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Ham radio operators and their role with sled dog safety



MARQUETTE, Mich. (WJMN) – Much of Michigan’s Upper Peninsula is rural, rugged and remote outside of populated areas. Communication is challenging, cell service is spotty and unreliable as is commercial radio and satellite communications. So how does an event like the UP200 maintain contact with all its participants who are literally competing in the middle of nowhere? The answer is amateur or HAM radio.


Amateur radio operator Al Augustyn provides amateur radio communications between race officials, emergency personnel, road crossings and the mushers themselves using his ham radio equipment. And all of it done on a volunteer basis.


“In the Upper Peninsula, commercial business radios and also really cell phones, of course, there’s many places that they just aren’t operational. What we’re doing is we’re helping to ensure the safety of the mushers and the dogs and of course, where they cross public roadways. That’s the primary function. The secondary function, especially at the amateur radio community, is to basically provide safety communication as to where they’re at and how they’re doing,” said Augustyn.


The UP200 traverses some of the most isolated terrain in the country, in conditions that are often less than ideal. Severe cold, snowstorms, high winds and the dark of night presents all manner of challenges, from logistics and dog sled tracking, to responding to emergencies along the route, where communications are critical.


“I can tell you the three posts that I work at on a regular basis during the UP200 cannot be covered by cellphone. And only amateur radio has been able to provide those communications. If a musher has an issue or dogs have an issue. We can relay the information they can bring in a vet, either to that location that we’re at or typically at the next layover, the dogs can make it but the safety of the dogs as you can imagine, is very important,” added Augustyn.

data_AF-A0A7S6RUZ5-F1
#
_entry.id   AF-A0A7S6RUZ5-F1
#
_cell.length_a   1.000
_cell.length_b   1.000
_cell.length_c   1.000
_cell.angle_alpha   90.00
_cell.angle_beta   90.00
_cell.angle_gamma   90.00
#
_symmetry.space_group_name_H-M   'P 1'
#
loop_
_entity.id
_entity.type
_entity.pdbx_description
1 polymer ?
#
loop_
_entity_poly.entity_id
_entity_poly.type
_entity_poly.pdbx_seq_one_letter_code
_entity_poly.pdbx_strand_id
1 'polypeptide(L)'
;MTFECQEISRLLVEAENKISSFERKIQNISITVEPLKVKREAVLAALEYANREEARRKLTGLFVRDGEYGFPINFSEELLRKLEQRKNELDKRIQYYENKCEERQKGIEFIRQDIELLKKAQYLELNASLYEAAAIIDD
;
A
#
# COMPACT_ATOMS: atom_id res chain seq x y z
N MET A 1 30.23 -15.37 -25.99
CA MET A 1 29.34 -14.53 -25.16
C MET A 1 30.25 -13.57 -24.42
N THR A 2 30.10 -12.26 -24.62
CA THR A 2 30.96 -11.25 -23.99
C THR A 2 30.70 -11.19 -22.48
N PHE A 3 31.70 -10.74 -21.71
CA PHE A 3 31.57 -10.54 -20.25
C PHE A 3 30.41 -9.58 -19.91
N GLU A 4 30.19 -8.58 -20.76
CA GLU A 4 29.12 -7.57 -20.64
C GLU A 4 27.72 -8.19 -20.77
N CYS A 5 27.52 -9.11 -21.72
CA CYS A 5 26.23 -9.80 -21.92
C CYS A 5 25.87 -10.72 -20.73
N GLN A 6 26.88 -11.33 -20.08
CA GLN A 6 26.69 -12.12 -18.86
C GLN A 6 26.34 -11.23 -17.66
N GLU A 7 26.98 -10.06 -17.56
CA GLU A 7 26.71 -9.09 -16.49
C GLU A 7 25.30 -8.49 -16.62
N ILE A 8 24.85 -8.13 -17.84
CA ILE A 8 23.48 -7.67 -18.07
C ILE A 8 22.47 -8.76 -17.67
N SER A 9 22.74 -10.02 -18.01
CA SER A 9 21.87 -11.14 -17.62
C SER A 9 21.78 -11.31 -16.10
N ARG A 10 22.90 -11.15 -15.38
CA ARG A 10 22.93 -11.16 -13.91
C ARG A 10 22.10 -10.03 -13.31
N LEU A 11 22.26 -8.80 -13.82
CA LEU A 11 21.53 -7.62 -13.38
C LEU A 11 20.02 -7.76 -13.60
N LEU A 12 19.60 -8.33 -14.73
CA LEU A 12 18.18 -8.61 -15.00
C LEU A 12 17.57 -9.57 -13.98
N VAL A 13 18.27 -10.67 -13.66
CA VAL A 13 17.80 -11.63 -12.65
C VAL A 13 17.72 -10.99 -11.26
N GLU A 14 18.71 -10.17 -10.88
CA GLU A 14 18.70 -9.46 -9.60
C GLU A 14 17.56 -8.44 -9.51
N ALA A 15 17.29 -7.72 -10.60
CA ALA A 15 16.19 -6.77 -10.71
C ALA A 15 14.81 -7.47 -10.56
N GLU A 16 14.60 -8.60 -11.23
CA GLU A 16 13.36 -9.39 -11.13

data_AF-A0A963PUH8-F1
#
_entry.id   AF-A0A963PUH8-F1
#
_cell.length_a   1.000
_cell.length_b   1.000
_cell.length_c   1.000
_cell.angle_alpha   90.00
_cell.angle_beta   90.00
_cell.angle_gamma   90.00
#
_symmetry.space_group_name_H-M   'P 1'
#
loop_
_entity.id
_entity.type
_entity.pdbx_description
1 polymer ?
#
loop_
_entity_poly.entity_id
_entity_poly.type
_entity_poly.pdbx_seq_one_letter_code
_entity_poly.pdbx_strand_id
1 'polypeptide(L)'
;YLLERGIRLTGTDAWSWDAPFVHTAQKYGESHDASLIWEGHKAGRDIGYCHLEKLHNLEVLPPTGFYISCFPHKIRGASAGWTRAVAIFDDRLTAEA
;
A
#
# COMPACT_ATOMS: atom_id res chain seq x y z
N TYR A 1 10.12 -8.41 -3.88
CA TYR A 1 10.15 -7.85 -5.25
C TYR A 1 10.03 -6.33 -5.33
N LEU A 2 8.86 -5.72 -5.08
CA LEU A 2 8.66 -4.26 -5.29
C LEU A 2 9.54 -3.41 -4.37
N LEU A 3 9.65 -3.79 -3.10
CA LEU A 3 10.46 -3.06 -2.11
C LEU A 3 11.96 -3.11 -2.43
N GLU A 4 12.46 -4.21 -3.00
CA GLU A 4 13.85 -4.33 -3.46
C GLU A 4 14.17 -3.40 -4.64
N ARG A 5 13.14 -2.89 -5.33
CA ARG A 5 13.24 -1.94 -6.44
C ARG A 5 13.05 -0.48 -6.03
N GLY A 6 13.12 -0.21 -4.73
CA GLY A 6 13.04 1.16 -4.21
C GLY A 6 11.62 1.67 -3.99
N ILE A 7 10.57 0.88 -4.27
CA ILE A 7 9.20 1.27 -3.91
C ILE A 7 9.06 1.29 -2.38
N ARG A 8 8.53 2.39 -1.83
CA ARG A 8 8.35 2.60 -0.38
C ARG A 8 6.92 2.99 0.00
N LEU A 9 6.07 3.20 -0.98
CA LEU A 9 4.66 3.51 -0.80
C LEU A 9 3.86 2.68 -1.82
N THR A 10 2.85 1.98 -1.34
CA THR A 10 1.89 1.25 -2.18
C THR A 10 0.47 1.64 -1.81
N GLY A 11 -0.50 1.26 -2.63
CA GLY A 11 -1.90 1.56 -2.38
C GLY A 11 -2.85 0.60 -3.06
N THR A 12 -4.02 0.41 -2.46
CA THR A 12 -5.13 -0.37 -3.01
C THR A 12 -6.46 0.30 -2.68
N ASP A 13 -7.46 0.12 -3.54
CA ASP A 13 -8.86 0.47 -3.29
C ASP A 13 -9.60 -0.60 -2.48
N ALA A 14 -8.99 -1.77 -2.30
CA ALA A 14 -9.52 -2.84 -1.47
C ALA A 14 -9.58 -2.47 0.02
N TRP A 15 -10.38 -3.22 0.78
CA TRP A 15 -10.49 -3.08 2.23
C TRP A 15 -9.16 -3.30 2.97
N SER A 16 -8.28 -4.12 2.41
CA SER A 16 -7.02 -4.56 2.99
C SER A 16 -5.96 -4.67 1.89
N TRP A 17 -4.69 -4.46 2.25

There are over 750,000 amateur radio operators in the United States and over 3 million worldwide. The reason they are preferable to cell phones and other types of radio communication is because the ham radios are the most powerful and longest-range radio service available to the general public. Amateur Radio is used as a compliment or backup to law enforcement and emergency response communications during a natural disaster when all other forms of communications are taken out.


Although Augustyn’s volunteer role is a very serious and critical one. It’s still a lot of fun.


“So there’s a fun aspect of the hobby and a lot of us enjoy being out there as well. Even though sometimes it can be a little harsh, environmentally speaking. It’s still a lot of fun for us to be out there and seeing the mushers and, and making sure they’re safe,” said Augustyn.


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